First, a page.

Definition: Zero-coupon bond

External debt - IMF

A single-payment security that does not involve interest payments during the life of the bond. 

The bond is sold at a discount from par value, and the full return is paid at maturity. 

The difference between the discounted issue price and the face or redemption value reflects the market rate of interest at the time of issue and time to maturity. 

The longer the maturity of the bond and the higher the interest rate, the greater the discount against the face or redemption value. 

Zero-coupon, and deep-discount bonds, have four particular advantages for investors:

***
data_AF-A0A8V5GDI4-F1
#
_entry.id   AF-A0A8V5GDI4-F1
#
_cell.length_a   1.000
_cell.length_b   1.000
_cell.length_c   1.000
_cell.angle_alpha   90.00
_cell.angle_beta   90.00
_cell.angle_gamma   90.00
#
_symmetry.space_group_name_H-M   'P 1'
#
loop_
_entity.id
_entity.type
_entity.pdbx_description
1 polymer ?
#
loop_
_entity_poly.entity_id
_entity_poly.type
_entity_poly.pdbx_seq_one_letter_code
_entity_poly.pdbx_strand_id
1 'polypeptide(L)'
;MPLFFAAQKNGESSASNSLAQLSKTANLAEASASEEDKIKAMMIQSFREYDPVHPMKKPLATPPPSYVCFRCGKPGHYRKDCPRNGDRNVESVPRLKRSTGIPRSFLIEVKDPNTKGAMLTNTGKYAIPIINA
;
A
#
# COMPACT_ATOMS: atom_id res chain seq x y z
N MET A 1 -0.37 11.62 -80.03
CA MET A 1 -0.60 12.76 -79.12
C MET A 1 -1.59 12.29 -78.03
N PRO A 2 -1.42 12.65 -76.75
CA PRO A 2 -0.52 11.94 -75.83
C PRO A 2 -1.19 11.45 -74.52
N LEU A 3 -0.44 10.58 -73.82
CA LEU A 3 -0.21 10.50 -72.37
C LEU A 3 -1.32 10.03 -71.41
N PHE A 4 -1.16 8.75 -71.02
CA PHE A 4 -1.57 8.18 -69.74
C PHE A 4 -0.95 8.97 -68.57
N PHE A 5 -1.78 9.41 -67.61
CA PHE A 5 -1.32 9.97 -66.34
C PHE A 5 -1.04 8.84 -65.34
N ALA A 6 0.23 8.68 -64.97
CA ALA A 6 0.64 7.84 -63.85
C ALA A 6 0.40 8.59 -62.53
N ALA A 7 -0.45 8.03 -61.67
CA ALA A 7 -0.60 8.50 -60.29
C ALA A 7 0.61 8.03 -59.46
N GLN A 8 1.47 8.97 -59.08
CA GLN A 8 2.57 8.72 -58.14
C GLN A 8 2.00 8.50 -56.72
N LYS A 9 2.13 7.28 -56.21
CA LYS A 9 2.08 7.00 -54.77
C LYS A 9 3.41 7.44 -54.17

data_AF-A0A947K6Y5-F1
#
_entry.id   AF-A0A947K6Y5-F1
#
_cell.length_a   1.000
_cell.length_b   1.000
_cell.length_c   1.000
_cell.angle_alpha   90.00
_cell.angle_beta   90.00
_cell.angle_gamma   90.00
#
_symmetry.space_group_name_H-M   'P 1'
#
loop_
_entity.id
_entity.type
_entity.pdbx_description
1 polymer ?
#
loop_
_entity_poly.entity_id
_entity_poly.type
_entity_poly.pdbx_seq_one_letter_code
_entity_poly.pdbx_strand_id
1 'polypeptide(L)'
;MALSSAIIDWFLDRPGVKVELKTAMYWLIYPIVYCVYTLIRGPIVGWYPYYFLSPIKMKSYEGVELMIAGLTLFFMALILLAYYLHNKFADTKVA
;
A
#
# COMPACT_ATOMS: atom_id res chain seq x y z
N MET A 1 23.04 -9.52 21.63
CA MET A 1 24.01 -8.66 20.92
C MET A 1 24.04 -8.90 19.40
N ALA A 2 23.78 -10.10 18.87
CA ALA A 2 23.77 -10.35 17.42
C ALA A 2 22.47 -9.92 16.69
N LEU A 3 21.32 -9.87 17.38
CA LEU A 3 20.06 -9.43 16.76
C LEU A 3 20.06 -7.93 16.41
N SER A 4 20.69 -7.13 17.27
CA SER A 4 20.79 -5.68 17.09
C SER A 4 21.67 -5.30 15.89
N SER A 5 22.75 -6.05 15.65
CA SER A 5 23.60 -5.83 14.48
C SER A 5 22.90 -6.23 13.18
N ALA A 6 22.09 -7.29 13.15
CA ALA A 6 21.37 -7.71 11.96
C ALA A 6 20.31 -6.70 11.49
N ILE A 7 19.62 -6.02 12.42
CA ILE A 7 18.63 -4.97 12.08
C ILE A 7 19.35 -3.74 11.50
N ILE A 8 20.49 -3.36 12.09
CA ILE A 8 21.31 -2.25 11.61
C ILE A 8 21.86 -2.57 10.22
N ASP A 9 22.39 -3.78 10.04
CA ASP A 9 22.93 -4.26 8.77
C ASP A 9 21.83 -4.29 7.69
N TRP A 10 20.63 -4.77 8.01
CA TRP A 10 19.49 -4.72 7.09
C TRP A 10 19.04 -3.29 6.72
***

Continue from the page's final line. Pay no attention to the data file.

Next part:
• There may be some tax advantage in receiving a capital gain rather than an income payment; 
• There is no or little (deep-discount bond) reinvestment risk (the possibility that when coupon payments fall due, and need to be reinvested, interest rates will be lower); 
• The bond has a longer "duration" than a bond of comparable maturity that pays fixed- or variable-rate interest, so making the zero-coupon bond’s price more sensitive to interest rate changes; and 
• A zero-coupon bond is a leveraged investment in that a relatively small initial outlay gives exposure to a larger nominal amount.
Source:
International Monetary Fund (IMF), "External Debt Statistics: Guide for Compilers and Users; Appendix I. Specific Financial Instruments and Transactions: Classifications", Washington D.C., 2003
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